Which are the entities that will benefit from the passing of this Bill into an Act?
I think consumers will benefit more. Payment service providers will have to adhere to certain consumer protection measures as prescribed by BoU. They will in particular be required to act in a fair and transparent manner when dealing with customers.

However, the entire payments industry will win. The regulation will give the industry an air of legitimacy and win public confidence in the sector. A market that lacks intelligible rules and fails to provide a reasonable belief that those rules can be relied on and enforced is unlikely to survive.

Likewise, entrepreneurs are less likely to enter a market if they are unsure of what the rules are and whether their rights will be enforced.

How is the NPS law going to impact stakeholders like fintechs operations in Uganda?
The Fintechs are in reality payment service providers or are operators of payment systems. So unlike previously, they will be required to obtain licences and pay annual fees.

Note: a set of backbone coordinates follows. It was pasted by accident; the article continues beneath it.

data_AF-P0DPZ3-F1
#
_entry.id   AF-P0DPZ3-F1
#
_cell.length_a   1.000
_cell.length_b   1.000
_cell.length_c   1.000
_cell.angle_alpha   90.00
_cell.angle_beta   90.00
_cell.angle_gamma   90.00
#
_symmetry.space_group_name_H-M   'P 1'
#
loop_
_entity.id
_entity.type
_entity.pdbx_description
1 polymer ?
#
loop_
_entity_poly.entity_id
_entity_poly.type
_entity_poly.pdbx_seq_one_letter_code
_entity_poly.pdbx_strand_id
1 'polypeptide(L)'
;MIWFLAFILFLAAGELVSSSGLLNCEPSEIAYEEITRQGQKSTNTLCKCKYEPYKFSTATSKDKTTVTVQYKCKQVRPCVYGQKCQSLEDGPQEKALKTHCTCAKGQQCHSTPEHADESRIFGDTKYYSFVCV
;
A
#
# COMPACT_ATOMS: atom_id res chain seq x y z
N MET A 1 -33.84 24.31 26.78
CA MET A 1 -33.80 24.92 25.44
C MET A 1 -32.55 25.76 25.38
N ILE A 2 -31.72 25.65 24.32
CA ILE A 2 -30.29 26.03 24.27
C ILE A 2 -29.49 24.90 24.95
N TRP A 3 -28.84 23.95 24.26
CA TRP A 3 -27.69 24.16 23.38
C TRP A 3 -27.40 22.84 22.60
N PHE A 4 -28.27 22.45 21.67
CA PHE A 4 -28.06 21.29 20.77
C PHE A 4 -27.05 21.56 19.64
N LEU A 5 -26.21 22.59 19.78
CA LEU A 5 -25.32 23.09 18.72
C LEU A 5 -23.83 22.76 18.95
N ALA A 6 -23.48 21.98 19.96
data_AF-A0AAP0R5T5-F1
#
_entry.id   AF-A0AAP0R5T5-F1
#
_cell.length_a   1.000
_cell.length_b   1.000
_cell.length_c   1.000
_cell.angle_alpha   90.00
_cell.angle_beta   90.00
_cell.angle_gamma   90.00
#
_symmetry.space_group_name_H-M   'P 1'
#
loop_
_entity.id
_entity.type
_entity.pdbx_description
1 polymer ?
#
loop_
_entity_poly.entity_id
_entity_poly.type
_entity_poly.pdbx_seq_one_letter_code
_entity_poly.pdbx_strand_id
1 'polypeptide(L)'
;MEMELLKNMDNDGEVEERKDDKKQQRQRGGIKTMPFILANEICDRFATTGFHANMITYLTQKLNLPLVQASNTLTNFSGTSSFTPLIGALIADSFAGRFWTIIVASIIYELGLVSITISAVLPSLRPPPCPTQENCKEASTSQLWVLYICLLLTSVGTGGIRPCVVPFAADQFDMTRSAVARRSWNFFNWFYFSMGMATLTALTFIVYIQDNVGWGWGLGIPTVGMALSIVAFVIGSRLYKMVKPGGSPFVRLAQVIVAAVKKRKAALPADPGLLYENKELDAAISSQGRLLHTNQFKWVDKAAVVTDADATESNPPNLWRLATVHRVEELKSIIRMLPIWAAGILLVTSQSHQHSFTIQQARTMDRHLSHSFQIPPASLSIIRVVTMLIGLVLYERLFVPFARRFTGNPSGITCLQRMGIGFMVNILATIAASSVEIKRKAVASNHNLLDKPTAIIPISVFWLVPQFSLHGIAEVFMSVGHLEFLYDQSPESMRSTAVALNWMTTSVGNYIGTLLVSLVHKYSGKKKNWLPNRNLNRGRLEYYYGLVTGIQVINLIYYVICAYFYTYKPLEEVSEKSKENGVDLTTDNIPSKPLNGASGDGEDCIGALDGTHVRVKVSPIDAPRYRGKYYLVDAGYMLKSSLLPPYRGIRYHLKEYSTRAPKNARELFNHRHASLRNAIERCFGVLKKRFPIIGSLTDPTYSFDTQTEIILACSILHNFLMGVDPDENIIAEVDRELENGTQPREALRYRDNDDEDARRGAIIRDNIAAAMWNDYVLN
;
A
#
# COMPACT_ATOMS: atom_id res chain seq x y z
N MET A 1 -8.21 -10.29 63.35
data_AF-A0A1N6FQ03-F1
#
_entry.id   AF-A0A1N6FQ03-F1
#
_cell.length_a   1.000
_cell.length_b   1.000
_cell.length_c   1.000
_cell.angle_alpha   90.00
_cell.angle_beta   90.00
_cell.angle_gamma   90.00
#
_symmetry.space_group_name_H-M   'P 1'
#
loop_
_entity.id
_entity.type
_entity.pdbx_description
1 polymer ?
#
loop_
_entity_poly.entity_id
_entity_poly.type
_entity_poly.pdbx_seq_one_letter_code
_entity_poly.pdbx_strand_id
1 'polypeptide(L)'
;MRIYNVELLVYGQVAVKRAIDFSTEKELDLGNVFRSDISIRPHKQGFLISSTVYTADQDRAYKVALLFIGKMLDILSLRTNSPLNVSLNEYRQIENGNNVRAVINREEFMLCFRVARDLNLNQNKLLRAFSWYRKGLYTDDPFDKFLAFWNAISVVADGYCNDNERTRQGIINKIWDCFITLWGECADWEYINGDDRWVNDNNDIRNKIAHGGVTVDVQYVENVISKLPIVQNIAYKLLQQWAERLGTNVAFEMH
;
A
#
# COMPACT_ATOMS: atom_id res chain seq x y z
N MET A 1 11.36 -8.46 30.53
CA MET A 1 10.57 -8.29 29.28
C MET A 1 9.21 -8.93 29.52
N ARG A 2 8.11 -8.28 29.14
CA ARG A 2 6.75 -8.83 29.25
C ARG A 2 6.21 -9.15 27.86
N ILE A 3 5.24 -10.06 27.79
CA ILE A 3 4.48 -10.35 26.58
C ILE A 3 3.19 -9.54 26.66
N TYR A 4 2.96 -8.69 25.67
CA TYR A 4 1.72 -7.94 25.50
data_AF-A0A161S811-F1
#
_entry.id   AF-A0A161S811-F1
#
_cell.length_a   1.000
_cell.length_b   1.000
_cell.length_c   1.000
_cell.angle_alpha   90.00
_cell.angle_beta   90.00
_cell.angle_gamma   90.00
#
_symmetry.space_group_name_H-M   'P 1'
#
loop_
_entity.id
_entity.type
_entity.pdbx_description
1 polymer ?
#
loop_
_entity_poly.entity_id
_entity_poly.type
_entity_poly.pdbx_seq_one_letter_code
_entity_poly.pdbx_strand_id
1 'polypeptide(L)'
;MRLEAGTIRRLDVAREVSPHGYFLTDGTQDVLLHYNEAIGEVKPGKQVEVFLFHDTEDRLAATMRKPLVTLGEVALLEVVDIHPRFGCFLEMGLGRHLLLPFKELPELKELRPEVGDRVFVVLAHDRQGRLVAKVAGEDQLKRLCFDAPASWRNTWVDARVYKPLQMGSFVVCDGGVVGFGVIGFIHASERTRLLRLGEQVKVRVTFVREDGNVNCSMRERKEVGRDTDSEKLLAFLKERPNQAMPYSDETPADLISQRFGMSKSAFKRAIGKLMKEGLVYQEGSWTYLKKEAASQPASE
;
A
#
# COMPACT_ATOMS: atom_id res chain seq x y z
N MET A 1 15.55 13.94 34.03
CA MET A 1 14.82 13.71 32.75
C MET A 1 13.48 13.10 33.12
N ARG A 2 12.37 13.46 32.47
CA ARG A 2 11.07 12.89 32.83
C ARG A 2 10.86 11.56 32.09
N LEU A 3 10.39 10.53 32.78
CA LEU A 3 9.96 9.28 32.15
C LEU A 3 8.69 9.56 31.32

This system will, for instance, have to state the applicable charges and penalties, access criteria for a payment service, when a transfer becomes irrevocable, dispute resolution mechanisms, describe the contact persons for the fintech, provide for risk management and business continuity procedures etc.

In your view, how should fintech make use of this law to their advantage as service providers in Uganda?
One of the most significant aspects of this law is what is called Regulatory sandbox. Under this sandbox, anyone who has an innovative financial product can apply to the Bank of Uganda to test his product in the market for six months without obtaining a licence.